Our first stop was luggage.  Rob’s rolling bag decided after the miles of travel to blow a handle.  The telescoping handle wouldn’t retract any more, so rather than sacrifice his bag to Air Canada in a couple of days, we found a luggage store and obtained a new bag.  Since my contribution at this point was to stand around and look handsome, I figured I would help the staff load in a shipment of a couple of pallets of bags that were kindly dropped off in the road in front of the store. 

Across the street from the hotel was a place we both noted in our brains for sensible reasons.  If we returned home without some kind of treasures for our beloved partners in life, from an epic trip to the UK and Ireland, then we might as well just chain concrete blocks to our necks and drown in the River Liffey now and skip the flight home.

Being practical men we recognize that art is always appreciated.  We adjourned to Fab Cow and perused their wares.  Francis Leavey is the artist and one of the pieces of his that I had seen before was his single line drawings. They’re stunning pieces and getting to meet the artist is something you should always try to do, because then you understand the nuance and inspiration behind the work.  We bought modestly, because of luggage room, but we bought direct from the artist, which is always better.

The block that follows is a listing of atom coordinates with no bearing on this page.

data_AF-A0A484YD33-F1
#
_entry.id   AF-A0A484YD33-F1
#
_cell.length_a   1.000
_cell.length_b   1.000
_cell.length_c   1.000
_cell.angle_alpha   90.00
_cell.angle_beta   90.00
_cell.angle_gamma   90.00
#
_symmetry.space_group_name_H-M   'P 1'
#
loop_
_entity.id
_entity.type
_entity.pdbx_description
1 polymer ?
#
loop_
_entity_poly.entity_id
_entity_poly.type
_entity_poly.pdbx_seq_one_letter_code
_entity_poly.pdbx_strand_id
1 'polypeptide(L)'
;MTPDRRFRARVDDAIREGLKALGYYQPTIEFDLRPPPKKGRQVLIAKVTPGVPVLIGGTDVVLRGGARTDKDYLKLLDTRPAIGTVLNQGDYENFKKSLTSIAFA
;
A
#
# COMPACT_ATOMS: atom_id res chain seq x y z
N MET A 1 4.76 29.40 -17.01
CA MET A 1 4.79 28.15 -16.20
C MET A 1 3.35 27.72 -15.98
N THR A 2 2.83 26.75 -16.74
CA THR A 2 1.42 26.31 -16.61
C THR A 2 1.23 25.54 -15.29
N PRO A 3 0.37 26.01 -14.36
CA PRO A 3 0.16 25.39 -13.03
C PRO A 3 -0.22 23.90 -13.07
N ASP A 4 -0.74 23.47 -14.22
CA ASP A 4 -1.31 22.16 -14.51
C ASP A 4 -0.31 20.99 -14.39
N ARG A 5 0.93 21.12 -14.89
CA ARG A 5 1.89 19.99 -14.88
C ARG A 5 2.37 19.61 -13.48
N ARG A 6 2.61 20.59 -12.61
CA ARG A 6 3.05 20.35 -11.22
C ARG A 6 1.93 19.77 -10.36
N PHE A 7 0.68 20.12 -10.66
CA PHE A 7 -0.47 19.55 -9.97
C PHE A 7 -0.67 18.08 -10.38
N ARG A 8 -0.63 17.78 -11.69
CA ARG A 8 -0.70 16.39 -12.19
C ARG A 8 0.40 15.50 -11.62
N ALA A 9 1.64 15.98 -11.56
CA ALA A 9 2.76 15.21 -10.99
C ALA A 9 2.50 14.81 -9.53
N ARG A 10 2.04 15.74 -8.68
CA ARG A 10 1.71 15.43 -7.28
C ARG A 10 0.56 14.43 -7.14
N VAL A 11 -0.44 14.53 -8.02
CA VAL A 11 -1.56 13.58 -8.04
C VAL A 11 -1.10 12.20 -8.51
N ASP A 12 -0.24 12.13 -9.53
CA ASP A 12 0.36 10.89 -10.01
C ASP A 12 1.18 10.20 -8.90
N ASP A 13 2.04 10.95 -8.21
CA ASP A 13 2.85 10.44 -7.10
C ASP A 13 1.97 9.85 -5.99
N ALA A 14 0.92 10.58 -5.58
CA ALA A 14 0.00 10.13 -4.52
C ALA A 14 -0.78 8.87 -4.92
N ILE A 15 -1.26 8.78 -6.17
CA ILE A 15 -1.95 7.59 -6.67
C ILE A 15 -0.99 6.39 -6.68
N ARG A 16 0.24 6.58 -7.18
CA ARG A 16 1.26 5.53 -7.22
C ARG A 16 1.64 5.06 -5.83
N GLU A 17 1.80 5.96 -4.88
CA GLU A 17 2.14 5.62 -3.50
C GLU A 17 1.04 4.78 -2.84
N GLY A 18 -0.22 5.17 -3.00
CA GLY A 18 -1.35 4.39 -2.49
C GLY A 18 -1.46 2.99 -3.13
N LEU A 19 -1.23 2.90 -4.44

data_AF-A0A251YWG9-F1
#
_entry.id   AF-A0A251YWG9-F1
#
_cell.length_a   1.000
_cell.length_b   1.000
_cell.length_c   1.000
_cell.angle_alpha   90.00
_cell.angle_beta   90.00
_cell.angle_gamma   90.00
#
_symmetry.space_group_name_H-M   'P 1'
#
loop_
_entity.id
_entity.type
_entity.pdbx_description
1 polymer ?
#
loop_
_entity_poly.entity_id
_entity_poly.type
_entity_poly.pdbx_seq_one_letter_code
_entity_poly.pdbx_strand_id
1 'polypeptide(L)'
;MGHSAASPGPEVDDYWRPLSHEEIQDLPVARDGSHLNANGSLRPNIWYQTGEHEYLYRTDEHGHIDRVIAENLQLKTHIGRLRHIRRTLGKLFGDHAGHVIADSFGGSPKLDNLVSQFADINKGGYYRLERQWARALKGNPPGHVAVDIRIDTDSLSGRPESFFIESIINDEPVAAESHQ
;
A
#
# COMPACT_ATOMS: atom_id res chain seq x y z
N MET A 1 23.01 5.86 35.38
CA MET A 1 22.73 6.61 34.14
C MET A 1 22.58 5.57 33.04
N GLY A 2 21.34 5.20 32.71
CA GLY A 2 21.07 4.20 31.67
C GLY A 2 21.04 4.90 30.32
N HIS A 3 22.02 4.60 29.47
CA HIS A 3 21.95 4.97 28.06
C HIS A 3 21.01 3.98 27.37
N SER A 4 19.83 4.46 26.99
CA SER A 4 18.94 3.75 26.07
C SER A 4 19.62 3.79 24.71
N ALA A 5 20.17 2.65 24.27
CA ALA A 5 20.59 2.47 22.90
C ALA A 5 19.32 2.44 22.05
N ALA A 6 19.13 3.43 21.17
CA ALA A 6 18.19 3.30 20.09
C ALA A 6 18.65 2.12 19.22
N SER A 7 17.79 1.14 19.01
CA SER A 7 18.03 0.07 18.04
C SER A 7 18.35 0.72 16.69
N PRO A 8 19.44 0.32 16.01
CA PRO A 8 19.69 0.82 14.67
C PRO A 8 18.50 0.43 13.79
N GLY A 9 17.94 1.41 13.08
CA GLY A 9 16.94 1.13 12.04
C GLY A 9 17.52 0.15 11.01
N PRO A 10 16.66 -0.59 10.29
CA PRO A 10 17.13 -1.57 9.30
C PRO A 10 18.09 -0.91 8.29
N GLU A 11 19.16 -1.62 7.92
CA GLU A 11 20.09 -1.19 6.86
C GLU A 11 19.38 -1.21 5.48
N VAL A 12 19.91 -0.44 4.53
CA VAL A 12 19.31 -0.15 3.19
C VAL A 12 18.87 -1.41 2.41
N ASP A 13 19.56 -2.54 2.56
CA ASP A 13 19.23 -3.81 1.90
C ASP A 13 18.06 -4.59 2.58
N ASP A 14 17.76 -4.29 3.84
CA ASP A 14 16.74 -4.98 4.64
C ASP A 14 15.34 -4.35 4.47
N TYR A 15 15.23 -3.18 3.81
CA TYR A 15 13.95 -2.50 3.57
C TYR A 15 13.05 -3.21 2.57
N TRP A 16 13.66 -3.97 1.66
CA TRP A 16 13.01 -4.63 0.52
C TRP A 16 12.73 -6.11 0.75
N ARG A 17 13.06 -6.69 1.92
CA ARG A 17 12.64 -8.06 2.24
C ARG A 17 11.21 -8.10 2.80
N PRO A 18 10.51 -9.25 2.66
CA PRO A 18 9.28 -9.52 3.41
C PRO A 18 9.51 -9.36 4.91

Francis Leavey is a fascinating artist with a background in Chinese medicine and longish stays in China, as well as study of his art at a very deep level.  We compared notes, Francis speaking from how art reflects culture and me speaking how culture is reflected in food.  Eclectic and kind is the kind of mix one likes to be near.

Liquor was next on our list, Dublin being home to two magical distilleries, one that actually produces in Dublin and the other that has converted their old digs into an excellent display of the history of distilling in Ireland.

First stop, Jameson’s.

 

Return to Dublin

After returning the Lapland Bunting in Wrenbury, we did the wise thing and hired a taxi to get us and our luggage to Crewe.  We overnighted at a hotel near the train station in Crewe and did enjoy at least one hot, all over, plentiful showers to soap away nine days of boating.  Yes we had our own rooms. Then a longish walk to a pub for Sunday Roast and a chance to sleep in a real bed, with reliable electricity.

Overnight, the Irish Ferries did not disappoint us.  Our ferry, the Ulysses, was running with no issues. We would be getting to Ireland, without a five hour layover in a hateful holding pen in Holyhead, unlike our outgoing trip.  Skies were clear, winds were pleasant and the local news was filled with reporting of the damage caused by Storm Callum two days before. We did not avail ourselves of the complimentary copy of The Sun to see who’s titties would be featured on Pg. 3.